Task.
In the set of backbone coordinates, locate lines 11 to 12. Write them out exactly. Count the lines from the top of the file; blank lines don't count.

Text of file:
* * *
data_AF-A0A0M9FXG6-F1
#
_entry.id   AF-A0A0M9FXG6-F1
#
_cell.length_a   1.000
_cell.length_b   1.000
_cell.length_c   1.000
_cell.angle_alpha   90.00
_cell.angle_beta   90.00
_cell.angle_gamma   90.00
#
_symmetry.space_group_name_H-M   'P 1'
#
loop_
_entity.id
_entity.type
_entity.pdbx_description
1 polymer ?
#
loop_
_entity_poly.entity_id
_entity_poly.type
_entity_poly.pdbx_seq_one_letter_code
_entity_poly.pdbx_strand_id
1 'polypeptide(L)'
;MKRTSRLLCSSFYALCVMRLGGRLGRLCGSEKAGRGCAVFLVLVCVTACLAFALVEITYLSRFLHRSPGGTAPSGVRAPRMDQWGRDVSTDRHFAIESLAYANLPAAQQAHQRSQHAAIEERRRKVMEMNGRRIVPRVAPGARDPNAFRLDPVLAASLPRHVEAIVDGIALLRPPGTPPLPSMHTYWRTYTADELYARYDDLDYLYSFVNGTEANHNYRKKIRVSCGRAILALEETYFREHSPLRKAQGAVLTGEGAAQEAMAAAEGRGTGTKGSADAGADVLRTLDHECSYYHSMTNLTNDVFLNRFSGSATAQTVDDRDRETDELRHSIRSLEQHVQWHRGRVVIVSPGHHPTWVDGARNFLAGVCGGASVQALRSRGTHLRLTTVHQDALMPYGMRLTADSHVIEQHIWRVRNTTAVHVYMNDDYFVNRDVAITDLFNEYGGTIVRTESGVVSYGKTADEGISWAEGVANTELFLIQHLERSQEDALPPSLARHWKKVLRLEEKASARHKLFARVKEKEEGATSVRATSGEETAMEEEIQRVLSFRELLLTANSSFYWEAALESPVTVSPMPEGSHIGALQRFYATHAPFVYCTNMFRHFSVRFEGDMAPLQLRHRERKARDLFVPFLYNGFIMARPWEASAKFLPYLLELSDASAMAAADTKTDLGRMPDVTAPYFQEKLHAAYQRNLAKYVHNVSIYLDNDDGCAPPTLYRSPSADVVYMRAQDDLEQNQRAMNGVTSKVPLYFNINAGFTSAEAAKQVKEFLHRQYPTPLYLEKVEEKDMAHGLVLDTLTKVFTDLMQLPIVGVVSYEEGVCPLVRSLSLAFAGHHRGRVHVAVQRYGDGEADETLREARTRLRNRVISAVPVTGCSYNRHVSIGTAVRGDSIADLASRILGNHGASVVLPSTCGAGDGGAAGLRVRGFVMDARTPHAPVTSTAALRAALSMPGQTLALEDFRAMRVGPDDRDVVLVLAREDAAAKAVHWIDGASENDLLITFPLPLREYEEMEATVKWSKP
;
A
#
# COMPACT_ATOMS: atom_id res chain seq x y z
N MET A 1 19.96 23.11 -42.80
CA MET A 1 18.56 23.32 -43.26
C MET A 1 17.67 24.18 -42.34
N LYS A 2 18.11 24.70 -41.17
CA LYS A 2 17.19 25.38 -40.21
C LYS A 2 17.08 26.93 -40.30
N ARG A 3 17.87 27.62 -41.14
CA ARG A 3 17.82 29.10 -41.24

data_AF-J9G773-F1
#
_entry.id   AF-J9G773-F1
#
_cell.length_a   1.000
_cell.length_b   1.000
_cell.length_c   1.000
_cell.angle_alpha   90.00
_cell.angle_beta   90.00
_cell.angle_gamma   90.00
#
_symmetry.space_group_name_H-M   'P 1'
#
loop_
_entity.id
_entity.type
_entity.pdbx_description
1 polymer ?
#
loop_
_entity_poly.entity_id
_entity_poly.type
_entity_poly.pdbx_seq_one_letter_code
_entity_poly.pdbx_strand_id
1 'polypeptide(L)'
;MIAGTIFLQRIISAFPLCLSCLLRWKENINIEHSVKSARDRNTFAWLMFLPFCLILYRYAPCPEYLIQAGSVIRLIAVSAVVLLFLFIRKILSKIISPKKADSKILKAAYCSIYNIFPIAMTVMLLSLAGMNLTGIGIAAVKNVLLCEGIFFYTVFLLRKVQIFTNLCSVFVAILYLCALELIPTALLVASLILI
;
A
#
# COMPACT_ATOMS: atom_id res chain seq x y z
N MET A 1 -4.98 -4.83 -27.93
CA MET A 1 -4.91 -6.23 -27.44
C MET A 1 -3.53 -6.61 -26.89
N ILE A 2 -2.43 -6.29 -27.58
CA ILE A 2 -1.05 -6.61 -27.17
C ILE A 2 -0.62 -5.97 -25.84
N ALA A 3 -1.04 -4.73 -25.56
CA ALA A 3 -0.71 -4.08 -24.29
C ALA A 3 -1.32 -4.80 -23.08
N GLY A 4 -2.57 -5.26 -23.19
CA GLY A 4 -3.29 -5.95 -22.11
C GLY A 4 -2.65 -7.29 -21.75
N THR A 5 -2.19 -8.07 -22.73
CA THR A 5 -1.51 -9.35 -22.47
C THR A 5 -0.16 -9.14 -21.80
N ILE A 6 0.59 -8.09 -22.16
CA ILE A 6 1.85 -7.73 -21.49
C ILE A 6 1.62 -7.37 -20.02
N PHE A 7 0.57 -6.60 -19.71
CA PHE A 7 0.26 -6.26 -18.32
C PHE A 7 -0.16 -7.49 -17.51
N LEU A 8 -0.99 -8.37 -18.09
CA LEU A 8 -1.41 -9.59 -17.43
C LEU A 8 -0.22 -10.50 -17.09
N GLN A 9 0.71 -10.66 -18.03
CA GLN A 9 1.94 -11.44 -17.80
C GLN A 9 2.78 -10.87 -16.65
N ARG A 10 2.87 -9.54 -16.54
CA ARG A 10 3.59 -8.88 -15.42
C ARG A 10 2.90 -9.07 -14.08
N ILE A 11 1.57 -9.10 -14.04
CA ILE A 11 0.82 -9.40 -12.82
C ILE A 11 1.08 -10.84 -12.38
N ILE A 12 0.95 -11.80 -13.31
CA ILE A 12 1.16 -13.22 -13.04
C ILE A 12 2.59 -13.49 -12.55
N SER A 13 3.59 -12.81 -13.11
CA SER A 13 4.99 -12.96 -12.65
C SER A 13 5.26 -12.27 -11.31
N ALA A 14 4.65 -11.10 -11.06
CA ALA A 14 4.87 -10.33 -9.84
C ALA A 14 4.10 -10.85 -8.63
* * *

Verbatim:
#
_symmetry.space_group_name_H-M   'P 1'